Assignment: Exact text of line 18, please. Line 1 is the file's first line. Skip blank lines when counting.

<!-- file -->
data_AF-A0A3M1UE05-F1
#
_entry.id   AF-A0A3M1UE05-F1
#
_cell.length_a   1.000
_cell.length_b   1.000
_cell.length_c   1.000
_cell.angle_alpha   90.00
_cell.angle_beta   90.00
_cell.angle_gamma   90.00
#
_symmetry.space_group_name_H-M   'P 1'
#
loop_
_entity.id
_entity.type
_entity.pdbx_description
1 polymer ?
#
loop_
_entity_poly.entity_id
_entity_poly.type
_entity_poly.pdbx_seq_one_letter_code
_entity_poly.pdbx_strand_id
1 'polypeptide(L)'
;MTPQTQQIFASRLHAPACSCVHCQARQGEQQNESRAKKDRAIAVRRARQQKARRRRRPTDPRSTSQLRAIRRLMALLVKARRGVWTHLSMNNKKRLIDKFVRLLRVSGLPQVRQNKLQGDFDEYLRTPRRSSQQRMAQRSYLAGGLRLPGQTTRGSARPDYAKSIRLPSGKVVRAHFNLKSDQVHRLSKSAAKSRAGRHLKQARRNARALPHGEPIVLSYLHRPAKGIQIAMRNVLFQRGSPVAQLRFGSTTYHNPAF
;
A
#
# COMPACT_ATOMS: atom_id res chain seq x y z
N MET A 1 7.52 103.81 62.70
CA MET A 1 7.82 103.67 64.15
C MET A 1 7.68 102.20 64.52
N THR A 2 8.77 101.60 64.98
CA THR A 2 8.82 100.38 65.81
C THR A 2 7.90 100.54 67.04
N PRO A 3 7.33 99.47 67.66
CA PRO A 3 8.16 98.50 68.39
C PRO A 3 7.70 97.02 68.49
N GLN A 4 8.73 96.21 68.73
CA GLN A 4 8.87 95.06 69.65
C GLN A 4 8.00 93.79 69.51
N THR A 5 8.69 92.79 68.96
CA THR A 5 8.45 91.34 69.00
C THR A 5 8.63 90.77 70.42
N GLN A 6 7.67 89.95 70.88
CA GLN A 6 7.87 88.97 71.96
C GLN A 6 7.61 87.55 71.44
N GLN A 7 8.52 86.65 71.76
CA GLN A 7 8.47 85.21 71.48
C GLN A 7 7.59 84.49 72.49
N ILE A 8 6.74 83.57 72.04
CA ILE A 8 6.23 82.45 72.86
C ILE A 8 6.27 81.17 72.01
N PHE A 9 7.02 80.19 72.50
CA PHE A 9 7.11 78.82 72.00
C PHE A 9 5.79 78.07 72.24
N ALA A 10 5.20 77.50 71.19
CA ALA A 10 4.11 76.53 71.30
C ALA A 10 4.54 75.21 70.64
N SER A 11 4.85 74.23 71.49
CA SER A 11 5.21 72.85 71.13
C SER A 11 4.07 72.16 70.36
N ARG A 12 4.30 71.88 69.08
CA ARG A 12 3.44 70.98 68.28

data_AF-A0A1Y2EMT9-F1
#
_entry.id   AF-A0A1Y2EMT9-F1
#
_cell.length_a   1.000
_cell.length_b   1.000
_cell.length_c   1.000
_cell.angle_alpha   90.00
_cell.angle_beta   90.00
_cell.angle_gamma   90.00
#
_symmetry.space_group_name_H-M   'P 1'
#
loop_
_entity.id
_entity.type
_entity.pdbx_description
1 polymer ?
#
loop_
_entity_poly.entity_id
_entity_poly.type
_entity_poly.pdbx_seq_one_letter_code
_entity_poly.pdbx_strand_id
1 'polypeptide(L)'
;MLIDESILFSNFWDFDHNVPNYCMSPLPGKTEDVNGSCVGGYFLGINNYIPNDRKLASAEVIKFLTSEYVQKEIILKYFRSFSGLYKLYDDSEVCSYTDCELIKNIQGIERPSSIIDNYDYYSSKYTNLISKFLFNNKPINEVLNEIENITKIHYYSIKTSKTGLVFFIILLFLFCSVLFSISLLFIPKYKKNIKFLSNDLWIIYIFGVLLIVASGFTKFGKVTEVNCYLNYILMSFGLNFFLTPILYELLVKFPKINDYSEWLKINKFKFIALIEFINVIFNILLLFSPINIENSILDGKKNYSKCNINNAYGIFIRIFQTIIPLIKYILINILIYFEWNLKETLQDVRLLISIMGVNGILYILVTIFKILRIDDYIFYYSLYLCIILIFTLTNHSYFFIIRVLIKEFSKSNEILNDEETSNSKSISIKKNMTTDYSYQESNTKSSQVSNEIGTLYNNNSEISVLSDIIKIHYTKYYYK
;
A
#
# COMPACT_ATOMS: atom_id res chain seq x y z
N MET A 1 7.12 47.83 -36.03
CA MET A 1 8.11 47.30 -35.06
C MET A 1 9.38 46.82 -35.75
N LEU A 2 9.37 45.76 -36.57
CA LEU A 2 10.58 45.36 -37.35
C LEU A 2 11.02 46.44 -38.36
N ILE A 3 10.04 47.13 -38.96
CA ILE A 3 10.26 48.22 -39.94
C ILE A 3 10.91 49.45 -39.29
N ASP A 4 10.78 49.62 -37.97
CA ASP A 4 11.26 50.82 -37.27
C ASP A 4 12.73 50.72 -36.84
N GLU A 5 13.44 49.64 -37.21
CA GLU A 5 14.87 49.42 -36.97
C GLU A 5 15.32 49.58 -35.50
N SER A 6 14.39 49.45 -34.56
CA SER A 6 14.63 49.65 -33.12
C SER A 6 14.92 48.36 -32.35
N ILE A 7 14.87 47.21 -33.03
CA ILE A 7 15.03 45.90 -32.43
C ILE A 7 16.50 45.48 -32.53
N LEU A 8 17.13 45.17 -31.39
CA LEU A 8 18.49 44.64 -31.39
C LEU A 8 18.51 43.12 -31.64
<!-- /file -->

1 polymer ?